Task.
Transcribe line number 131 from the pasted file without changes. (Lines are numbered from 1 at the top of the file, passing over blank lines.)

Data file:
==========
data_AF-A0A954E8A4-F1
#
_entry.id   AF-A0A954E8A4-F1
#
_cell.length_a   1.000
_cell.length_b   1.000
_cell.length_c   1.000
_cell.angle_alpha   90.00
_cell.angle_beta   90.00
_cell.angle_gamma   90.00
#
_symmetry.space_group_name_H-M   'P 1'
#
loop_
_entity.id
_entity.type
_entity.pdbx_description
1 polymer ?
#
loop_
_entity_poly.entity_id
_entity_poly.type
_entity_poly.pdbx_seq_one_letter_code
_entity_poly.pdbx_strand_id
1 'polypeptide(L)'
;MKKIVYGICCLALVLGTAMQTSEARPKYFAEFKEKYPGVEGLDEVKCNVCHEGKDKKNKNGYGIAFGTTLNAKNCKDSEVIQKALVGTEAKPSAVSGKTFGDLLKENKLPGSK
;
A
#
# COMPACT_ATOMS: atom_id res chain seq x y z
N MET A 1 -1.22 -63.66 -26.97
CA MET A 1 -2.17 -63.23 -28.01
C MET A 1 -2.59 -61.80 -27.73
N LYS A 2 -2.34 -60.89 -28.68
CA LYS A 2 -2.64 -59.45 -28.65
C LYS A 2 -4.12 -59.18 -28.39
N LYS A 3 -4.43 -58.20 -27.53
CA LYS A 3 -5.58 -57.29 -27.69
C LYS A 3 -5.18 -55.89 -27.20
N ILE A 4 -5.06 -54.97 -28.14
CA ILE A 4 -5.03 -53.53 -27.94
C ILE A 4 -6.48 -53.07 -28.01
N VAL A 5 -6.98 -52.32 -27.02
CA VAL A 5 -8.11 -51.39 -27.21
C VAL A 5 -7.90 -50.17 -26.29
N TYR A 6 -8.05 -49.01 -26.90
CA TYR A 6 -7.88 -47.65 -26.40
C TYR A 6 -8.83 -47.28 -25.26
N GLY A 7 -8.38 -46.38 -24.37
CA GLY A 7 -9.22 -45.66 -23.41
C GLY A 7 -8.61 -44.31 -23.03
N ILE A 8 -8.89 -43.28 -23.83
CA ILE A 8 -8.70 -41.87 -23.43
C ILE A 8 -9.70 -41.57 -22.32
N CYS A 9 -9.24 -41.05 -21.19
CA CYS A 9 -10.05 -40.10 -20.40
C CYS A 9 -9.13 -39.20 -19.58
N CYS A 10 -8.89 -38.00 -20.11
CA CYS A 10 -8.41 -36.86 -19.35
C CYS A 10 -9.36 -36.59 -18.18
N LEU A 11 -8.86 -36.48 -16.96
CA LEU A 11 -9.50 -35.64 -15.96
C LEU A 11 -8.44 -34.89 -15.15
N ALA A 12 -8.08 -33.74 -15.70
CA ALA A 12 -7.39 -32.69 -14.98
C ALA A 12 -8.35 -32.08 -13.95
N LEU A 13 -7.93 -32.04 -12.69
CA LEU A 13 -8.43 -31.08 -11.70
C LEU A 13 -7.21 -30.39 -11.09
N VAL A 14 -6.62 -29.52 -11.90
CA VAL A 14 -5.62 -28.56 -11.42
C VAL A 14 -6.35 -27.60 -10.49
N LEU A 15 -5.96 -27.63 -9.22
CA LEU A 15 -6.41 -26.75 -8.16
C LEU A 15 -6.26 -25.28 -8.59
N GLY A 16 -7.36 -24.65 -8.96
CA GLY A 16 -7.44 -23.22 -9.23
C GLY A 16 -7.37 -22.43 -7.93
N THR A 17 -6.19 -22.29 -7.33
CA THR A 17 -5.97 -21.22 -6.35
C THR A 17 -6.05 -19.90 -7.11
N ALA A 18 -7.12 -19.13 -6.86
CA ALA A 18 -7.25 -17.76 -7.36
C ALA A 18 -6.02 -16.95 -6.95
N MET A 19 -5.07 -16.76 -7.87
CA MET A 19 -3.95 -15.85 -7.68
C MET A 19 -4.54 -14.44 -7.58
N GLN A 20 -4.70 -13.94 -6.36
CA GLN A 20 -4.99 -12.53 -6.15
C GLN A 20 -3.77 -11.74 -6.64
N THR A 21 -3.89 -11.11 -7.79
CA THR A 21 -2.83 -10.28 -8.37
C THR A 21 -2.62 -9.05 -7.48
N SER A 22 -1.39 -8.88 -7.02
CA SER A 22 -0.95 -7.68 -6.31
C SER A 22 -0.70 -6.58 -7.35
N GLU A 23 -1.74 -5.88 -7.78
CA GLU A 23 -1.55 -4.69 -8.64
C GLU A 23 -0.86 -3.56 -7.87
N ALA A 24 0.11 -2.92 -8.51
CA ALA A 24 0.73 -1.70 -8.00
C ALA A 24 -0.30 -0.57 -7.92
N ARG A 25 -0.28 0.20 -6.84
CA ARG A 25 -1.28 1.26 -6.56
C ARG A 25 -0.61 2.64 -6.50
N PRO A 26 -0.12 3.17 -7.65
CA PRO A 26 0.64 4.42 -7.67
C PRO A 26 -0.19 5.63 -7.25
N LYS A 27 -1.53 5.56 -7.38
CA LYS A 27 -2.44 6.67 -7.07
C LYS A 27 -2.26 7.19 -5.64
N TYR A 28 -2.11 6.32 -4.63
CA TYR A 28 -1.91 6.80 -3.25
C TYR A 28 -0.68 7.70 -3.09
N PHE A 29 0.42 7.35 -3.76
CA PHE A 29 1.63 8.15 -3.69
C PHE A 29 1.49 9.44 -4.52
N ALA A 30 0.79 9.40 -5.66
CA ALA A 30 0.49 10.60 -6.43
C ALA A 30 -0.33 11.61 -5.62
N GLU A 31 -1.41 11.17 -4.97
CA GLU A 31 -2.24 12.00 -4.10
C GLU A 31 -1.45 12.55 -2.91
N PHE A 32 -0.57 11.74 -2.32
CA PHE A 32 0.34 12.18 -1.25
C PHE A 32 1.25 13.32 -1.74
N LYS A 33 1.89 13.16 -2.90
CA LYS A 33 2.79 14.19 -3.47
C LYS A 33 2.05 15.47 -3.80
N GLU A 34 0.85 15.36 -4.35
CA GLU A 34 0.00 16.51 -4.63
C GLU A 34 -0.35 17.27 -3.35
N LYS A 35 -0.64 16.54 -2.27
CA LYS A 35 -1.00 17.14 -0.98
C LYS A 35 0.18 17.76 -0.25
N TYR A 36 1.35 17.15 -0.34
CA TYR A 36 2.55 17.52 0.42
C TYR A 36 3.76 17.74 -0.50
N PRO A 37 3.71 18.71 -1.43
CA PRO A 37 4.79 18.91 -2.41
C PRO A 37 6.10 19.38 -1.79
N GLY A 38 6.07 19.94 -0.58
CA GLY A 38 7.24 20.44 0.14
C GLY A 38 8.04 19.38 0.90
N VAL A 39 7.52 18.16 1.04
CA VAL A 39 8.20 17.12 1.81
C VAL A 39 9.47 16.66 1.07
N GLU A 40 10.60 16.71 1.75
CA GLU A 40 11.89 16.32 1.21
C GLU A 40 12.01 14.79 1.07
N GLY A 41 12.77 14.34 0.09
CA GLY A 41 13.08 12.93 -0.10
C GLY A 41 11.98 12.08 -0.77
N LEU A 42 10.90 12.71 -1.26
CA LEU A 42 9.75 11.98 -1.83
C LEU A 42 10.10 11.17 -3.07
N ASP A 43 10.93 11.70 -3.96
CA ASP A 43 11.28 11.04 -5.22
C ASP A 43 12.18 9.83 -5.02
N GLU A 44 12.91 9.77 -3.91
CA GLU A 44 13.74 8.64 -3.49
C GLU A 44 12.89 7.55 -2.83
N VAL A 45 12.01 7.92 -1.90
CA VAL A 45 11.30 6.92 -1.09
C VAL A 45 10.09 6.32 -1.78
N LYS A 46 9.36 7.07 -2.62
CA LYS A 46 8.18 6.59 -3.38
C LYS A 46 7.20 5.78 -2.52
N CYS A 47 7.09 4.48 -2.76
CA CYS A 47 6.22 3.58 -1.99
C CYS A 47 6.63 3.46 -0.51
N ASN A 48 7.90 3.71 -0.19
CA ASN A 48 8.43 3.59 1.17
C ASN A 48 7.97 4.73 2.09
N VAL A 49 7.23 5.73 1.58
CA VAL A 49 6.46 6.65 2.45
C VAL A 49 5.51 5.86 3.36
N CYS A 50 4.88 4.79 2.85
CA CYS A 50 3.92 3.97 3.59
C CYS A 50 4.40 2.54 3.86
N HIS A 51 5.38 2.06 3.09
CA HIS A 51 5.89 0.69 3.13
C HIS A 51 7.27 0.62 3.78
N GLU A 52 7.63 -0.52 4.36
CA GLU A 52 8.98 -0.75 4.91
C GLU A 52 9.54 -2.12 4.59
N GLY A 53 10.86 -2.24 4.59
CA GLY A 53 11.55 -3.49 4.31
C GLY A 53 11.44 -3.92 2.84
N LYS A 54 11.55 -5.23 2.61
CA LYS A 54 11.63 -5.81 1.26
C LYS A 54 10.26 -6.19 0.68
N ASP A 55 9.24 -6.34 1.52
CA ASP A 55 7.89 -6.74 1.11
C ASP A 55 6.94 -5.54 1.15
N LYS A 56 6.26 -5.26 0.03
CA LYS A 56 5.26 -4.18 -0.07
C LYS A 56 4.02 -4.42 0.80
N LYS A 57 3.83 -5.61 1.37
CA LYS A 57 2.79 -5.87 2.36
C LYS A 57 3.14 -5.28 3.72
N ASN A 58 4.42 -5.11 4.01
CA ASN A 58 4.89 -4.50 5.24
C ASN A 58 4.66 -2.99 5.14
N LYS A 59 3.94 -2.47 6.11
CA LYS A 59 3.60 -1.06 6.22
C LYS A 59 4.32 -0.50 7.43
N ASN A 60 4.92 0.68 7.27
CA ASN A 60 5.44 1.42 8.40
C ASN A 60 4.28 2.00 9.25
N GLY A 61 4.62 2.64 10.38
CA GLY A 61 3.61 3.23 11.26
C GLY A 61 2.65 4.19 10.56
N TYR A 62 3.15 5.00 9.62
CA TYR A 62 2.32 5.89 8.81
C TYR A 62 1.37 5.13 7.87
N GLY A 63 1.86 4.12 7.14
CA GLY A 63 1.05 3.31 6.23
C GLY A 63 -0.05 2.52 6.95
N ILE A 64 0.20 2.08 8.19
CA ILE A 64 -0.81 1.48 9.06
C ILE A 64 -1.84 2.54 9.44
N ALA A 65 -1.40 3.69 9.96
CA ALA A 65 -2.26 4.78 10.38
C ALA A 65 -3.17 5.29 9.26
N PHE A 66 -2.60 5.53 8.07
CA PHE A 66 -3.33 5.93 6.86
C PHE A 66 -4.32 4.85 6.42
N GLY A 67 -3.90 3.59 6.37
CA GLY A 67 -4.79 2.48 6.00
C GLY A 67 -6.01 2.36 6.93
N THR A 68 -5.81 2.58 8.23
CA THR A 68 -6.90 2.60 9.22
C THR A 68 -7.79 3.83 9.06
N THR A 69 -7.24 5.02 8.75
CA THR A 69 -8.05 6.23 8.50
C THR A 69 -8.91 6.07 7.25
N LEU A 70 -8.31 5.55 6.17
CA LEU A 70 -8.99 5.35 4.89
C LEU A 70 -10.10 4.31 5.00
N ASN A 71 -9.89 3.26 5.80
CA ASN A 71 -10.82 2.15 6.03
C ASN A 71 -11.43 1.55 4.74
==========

CA GLU A 34 0.00 16.51 -4.63